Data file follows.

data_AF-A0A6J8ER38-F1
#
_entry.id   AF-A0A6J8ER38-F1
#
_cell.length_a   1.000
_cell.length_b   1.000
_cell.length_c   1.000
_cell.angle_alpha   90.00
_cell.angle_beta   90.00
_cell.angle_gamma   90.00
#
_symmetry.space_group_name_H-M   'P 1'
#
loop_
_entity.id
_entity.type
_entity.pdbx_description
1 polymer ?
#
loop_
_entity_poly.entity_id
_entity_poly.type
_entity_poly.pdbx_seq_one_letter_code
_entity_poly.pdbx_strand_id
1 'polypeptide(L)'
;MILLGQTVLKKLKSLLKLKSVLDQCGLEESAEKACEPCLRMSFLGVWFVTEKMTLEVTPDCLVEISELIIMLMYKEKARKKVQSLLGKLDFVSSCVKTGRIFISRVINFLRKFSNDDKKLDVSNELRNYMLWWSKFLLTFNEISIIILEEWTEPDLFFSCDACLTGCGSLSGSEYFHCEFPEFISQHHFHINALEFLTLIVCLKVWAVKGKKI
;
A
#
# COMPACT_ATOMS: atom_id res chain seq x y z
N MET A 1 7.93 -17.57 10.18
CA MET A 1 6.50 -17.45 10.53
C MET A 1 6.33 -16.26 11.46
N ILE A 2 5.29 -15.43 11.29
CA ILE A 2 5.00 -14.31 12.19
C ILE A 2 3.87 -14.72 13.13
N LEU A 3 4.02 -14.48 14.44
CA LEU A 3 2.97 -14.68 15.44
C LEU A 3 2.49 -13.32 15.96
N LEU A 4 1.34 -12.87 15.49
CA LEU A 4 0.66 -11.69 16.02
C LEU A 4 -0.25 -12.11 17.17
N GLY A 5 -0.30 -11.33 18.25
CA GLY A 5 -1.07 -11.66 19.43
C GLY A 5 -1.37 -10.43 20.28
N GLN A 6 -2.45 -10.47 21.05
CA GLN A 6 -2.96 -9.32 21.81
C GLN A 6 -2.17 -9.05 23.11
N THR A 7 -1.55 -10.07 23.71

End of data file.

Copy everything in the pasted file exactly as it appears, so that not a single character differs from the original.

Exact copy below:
data_AF-A0A6J8ER38-F1
#
_entry.id   AF-A0A6J8ER38-F1
#
_cell.length_a   1.000
_cell.length_b   1.000
_cell.length_c   1.000
_cell.angle_alpha   90.00
_cell.angle_beta   90.00
_cell.angle_gamma   90.00
#
_symmetry.space_group_name_H-M   'P 1'
#
loop_
_entity.id
_entity.type
_entity.pdbx_description
1 polymer ?
#
loop_
_entity_poly.entity_id
_entity_poly.type
_entity_poly.pdbx_seq_one_letter_code
_entity_poly.pdbx_strand_id
1 'polypeptide(L)'
;MILLGQTVLKKLKSLLKLKSVLDQCGLEESAEKACEPCLRMSFLGVWFVTEKMTLEVTPDCLVEISELIIMLMYKEKARKKVQSLLGKLDFVSSCVKTGRIFISRVINFLRKFSNDDKKLDVSNELRNYMLWWSKFLLTFNEISIIILEEWTEPDLFFSCDACLTGCGSLSGSEYFHCEFPEFISQHHFHINALEFLTLIVCLKVWAVKGKKI
;
A
#
# COMPACT_ATOMS: atom_id res chain seq x y z
N MET A 1 7.93 -17.57 10.18
CA MET A 1 6.50 -17.45 10.53
C MET A 1 6.33 -16.26 11.46
N ILE A 2 5.29 -15.43 11.29
CA ILE A 2 5.00 -14.31 12.19
C ILE A 2 3.87 -14.72 13.13
N LEU A 3 4.02 -14.48 14.44
CA LEU A 3 2.97 -14.68 15.44
C LEU A 3 2.49 -13.32 15.96
N LEU A 4 1.34 -12.87 15.49
CA LEU A 4 0.66 -11.69 16.02
C LEU A 4 -0.25 -12.11 17.17
N GLY A 5 -0.30 -11.33 18.25
CA GLY A 5 -1.07 -11.66 19.43
C GLY A 5 -1.37 -10.43 20.28
N GLN A 6 -2.45 -10.47 21.05
CA GLN A 6 -2.96 -9.32 21.81
C GLN A 6 -2.17 -9.05 23.11
N THR A 7 -1.55 -10.07 23.71